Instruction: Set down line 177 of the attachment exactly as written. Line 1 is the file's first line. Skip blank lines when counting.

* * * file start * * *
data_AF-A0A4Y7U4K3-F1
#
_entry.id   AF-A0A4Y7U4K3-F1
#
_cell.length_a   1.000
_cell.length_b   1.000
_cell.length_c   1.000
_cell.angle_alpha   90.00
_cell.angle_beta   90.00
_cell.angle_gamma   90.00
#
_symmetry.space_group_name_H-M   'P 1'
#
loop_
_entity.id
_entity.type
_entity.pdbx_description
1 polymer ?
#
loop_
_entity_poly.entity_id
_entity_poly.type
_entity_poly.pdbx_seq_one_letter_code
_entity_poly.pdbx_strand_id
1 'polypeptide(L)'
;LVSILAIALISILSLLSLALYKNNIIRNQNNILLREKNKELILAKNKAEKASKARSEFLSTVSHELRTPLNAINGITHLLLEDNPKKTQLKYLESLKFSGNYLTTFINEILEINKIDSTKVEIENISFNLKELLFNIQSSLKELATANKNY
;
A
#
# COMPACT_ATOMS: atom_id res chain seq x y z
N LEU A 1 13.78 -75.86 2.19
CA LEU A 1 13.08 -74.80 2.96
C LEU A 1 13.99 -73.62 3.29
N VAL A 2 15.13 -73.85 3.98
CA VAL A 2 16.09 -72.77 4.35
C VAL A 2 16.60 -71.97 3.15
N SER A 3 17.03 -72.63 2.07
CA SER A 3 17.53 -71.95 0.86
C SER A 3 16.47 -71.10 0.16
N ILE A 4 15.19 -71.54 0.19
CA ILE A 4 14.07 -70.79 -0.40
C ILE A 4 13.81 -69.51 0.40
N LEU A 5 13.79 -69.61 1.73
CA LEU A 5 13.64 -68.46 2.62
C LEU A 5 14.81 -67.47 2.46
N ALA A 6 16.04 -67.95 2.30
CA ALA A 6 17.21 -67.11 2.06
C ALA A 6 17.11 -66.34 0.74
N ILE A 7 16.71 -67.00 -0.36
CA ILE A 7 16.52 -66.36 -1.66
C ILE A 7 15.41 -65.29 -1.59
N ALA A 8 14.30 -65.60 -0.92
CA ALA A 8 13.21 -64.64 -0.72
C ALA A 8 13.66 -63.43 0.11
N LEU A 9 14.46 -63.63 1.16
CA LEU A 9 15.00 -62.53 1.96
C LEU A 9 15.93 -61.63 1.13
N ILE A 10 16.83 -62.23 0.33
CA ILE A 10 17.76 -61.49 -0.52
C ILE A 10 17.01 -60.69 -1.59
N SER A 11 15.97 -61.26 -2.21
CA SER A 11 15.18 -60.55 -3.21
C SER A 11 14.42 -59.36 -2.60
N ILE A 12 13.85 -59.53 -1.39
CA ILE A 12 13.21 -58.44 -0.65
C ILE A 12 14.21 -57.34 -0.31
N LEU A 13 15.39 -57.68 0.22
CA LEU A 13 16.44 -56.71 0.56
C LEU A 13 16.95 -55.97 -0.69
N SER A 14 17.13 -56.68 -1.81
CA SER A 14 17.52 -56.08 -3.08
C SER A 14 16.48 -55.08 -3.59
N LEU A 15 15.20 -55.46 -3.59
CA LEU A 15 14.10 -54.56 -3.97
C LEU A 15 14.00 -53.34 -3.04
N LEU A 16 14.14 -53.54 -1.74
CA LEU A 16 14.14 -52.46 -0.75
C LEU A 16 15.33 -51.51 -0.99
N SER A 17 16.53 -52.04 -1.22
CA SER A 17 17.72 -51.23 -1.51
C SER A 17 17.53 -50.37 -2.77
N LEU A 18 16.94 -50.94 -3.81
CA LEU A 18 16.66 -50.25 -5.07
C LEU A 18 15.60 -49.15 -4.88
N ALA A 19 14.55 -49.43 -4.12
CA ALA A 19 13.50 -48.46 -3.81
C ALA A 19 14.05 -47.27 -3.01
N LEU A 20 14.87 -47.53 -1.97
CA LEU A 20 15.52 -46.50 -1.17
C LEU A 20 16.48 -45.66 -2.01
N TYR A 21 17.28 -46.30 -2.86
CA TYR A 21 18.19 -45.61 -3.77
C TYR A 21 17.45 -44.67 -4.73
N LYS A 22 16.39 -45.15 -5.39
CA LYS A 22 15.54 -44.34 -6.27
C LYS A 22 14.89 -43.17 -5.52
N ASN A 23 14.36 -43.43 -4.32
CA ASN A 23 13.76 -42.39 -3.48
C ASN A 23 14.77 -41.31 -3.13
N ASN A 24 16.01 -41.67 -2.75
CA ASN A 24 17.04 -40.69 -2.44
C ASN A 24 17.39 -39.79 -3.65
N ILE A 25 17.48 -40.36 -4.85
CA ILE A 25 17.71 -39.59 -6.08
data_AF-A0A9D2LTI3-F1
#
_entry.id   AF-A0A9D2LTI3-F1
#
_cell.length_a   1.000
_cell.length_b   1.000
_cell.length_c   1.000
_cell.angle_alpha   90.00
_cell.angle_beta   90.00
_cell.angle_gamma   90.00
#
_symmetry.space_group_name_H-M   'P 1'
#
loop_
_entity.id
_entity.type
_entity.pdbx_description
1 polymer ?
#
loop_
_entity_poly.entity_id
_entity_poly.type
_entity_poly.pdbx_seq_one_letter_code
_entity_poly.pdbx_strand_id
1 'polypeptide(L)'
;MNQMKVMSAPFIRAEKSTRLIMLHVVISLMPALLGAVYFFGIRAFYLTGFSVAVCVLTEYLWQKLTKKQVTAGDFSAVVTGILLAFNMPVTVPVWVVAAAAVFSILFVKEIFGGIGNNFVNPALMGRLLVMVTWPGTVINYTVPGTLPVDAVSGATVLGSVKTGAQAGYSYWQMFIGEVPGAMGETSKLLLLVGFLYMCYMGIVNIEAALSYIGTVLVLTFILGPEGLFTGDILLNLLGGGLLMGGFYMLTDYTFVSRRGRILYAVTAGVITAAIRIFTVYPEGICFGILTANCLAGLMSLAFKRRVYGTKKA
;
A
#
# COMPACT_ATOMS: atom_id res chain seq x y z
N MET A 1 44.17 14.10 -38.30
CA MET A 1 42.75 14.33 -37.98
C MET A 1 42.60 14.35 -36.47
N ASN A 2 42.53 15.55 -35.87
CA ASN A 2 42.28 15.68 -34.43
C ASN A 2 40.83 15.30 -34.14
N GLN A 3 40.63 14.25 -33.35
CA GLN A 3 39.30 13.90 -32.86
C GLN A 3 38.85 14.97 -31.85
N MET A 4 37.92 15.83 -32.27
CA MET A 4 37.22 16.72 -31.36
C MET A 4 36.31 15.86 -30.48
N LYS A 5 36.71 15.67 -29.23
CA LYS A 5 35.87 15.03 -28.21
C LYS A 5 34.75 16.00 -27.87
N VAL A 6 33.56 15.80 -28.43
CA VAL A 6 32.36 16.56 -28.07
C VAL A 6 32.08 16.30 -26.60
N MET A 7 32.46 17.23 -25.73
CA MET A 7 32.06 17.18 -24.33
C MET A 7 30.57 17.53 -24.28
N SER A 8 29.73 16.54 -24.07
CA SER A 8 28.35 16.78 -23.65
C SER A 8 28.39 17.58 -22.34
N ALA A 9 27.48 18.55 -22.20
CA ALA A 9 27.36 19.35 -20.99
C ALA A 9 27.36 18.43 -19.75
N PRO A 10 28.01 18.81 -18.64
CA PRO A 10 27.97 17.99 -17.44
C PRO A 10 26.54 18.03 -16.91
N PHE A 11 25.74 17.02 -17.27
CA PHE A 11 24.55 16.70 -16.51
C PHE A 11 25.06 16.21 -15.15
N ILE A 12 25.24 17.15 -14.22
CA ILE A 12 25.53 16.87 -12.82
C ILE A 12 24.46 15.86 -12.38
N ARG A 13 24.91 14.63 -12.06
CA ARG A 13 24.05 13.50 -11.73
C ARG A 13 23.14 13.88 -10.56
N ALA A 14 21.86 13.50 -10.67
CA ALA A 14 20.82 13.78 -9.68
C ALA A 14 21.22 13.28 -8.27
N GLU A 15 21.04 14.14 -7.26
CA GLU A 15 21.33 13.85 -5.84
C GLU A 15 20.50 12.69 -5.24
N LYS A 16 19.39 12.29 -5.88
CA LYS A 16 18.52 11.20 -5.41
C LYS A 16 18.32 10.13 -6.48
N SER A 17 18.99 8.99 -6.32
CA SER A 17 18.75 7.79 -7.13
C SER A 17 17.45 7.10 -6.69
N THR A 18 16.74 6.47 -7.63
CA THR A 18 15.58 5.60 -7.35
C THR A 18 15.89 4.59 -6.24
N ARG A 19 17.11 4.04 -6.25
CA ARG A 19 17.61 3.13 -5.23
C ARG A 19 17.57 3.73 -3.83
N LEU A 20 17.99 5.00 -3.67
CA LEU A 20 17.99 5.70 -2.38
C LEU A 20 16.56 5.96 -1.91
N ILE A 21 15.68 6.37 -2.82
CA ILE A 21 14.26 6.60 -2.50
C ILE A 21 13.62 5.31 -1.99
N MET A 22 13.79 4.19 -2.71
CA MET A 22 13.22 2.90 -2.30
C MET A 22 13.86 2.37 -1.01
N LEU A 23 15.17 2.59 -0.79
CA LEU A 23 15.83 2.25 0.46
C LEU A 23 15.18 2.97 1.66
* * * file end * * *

N GLU A 15 21.04 14.14 -7.26